Hey Pack. It has been a very busy week here on our survival homestead. It has only rained briefly a few times in the evening. I am hopeful that we are not going from months of intense rain to a long dry period like we did last year. Time will tell, I guess.
I did some more harvesting of wild carrots – Queen Anne’s Lace this week. Some of it I will preserve, and the rest is going to be used to make jelly.
Most of our preps this week centered around gardening and tractor repair yet again. My Bobby might just about be ready to curse and kick his beloved vintage Massey Ferguson tractor. He might do it in private and deny it, but I do believe he is just about to that point.
The tractor was part of the $17,000 worth of used equipment we worked into the purchase deal when signing on the bottom line for our fixer upper survival homestead.
The older man who had the place said what was wrong with it at the time – super nice guy. But, some things he had fixed temporarily may have caused others to not work well, along with normal repair and replacements that have been needed. It seems like the tractor has been down at least once a week for months.
Bobby has two other tractors, but none that have the hydraulics and can handle the tow weight for some of his implements like this one can. Driving up our private farm road (all uphill, mind you) backwards on the little Kubota so the too large and heavy tilling blade doesn’t keep the front wheels off the ground is not a reasonable alternative.
No matter what all the guys in our tribe think, I have warned my Bobby many times, that if I have to use his radio to page dispatch for a squad over unsupervised male antics, I am going to make up one humdinger of a hilariously embarrassing story to accompany the call.
Now, don’t think me mean fellow preppers, holding my that over my Bobby’s head, along with him knowing I will actually do it, has kept him safe for years.
We are battling Japanese beetles, but not half as badly as last year, thanks to the use of beneficial insects and pre-treating the growing areas with my homemade bad bug killer. Yep, it can kill good bugs too, but sacrificing them for the good of our survival food supply is a trade off I am willing to make.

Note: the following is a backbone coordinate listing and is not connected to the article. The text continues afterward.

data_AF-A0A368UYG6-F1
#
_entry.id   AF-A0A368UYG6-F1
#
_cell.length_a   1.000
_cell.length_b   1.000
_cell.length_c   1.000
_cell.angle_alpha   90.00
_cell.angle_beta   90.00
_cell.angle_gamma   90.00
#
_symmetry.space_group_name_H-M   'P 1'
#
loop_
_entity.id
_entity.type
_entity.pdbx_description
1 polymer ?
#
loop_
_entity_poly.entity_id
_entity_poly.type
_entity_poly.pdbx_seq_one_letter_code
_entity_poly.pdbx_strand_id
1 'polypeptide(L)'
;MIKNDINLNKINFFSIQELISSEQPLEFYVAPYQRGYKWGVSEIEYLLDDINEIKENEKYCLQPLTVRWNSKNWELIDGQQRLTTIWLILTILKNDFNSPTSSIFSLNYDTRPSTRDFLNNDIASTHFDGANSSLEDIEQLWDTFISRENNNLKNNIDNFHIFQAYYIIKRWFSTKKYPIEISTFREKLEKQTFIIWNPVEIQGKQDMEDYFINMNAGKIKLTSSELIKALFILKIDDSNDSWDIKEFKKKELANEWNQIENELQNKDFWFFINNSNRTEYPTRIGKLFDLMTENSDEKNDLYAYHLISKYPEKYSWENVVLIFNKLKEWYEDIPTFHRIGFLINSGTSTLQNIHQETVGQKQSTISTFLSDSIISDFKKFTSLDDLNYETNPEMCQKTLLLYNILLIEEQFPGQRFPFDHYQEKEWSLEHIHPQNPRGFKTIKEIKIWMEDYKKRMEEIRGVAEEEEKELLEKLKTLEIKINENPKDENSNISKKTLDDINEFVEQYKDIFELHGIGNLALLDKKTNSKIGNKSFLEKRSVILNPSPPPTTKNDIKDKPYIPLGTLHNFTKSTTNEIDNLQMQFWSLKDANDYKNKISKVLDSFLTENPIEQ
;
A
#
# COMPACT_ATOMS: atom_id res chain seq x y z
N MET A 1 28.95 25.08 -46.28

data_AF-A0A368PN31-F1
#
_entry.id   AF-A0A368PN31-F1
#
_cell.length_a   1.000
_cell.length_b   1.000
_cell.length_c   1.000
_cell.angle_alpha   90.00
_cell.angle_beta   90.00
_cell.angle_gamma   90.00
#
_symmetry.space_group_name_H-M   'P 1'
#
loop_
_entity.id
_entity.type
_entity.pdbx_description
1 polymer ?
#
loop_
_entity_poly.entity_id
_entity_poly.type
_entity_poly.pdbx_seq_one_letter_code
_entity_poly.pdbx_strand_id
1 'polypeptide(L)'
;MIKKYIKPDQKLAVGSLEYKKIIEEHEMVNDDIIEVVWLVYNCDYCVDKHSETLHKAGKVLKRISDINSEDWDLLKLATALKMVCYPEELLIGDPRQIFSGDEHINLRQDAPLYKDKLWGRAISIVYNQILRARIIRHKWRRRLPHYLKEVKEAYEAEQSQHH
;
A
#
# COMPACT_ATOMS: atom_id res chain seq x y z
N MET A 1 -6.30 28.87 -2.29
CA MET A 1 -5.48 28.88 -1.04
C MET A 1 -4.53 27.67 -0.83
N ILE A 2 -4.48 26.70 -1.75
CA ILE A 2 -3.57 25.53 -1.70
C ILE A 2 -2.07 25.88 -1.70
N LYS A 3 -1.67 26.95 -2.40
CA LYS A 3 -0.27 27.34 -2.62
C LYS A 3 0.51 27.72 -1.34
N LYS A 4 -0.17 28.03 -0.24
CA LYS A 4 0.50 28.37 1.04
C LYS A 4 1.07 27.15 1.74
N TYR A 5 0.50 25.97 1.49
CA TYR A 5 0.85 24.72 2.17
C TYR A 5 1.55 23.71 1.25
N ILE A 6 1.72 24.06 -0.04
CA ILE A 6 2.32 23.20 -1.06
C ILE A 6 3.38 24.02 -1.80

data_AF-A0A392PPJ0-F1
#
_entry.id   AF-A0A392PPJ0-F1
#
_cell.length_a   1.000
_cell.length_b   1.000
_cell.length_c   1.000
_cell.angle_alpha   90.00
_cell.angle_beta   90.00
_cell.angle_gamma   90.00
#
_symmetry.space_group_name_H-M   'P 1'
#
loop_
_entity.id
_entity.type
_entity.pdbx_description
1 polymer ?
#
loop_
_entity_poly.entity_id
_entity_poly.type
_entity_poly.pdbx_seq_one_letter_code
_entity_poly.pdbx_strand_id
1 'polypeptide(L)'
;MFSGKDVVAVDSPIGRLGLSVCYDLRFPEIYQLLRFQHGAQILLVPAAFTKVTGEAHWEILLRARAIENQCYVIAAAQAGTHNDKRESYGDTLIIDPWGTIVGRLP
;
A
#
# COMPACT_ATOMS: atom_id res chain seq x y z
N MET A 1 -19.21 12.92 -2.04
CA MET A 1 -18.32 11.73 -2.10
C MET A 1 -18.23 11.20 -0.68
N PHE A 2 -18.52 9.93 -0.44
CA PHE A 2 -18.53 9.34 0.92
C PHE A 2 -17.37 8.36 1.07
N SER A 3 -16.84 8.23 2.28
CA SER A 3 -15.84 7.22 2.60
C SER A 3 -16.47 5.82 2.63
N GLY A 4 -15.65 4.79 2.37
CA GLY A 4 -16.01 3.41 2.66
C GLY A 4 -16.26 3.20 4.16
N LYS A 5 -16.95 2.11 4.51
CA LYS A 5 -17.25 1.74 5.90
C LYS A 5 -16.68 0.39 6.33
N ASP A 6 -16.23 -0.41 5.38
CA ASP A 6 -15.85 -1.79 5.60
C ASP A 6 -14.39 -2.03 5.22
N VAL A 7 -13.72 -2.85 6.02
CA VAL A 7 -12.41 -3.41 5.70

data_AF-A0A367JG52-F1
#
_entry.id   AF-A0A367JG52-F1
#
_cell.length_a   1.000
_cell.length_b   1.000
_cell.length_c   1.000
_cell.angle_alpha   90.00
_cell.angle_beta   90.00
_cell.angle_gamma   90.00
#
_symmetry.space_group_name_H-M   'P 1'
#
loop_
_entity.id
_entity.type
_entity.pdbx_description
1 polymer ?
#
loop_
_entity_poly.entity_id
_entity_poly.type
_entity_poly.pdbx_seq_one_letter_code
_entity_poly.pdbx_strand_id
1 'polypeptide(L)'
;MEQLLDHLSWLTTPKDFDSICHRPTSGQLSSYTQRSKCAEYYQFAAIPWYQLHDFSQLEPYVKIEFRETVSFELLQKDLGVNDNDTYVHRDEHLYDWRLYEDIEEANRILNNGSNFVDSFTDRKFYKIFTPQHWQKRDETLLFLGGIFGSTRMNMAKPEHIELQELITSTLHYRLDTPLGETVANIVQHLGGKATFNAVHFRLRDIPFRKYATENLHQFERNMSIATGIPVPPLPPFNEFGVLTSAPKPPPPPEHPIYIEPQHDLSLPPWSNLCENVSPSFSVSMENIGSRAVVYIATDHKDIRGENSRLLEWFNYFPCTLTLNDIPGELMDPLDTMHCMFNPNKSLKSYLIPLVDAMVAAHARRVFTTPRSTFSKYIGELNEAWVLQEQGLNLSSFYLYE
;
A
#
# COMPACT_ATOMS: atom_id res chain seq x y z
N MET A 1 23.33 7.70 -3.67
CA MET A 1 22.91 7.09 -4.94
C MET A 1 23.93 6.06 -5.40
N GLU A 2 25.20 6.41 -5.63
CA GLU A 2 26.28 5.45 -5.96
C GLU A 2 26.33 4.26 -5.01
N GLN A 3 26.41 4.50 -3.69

Combine 2 parts flour to 1 part table salt, and stir in about 1 cup of diatomaceous dirt in a bucket. Spread it around the base of plants and on them during a cool part of the day during the growing season. The bugs eat this, then swell up, burst, and DIE.
Before the growing season I sprinkle it onto the growing beds, containers, and onto the ground in the traditional growing plot – as well as around the perimeter or the area to kill any bugs that emerge out of the ground or into the area before I plant.
We lucked into some great deals of extra vegetables to plant. Due to the heavy rain and flooding, so many folks could not put in a garden this year in our area, or had to vastly decrease the dimension of their growing plot. I have no doubt the wonderful mom and pop places we buy anything from that we don’t grow from seed, were hard hit in the wallet this year.
Everything we bought was at least 50% off. We were even given two flats of tomato plants just so they could be rid of them and close up shop for the season. They didn’t look great, tall and spindly and a bit dry, but now they are established in some good dirt, and nearly thriving.
Our one big prep purchase this week (well in quite a while, was an awesome gun safe Bobby had been wanting. You can never have too many weapons or storage for them, at least in my humble opinion.
Having the grandkiddos help in the garden has been a pure joy for me and a wonderfully dirty hands on learning experience for them. Auddie is fairly addicted to it. I so did not schedule more gardening into my day yesterday after going at it hard for several days in a row, but the little thing just had to plant and weed something. Colt did not want to miss a chance to see what was living in the dirt we moved around.
Auddie took her baby sister, Ariyah (1 ½) by the hand and gave her a tour of the apothecary patch and container garden. Little miss thing is not allowed in there while we work it, because she tends to pluck growing veggies or rip plant right out of the ground if we turn our eyes off of her for a brief few seconds.
Auddie walked Ariyah around and told her what all of the plants were, and showed her where she and Colt kept their little metal shovels before pinching off a little bit of lettuce she was growing all by herself for a fresh from the garden treat. Self-reliance training the grandkiddos continues to be the highlight of my week.
This Week’s Questions
- Do you use beneficial insects in your garden – if so which ones and how?
- Did you do any self-reliance training with kids or entice others to prep this week – if so how?
- How are your gardens growing?
- What did you do to prep this week?